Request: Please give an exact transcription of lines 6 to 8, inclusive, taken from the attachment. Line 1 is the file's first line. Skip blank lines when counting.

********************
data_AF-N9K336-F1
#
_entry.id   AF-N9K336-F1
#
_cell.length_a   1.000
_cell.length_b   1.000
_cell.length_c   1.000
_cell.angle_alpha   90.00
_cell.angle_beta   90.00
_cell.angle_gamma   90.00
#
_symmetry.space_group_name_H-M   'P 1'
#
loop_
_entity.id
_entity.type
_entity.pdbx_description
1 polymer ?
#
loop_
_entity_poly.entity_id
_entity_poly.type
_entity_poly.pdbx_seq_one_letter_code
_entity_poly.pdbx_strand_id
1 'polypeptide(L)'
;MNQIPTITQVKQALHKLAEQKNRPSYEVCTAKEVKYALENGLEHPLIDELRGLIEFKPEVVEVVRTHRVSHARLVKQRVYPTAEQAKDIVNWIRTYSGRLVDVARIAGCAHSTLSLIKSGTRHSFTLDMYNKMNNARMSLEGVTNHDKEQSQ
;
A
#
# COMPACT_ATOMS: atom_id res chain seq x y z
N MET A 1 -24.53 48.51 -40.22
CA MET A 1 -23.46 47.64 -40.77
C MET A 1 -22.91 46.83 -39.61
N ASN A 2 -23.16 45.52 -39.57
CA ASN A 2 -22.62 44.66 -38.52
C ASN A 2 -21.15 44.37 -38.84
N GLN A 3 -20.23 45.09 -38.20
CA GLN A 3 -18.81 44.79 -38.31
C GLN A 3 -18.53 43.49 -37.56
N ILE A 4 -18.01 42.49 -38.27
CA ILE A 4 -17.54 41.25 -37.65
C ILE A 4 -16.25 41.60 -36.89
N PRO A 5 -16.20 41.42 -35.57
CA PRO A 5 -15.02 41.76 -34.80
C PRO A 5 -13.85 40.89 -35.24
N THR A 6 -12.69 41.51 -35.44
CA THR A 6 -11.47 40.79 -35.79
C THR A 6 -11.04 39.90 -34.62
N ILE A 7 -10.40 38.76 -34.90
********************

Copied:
_cell.length_b   1.000
_cell.length_c   1.000
_cell.angle_alpha   90.00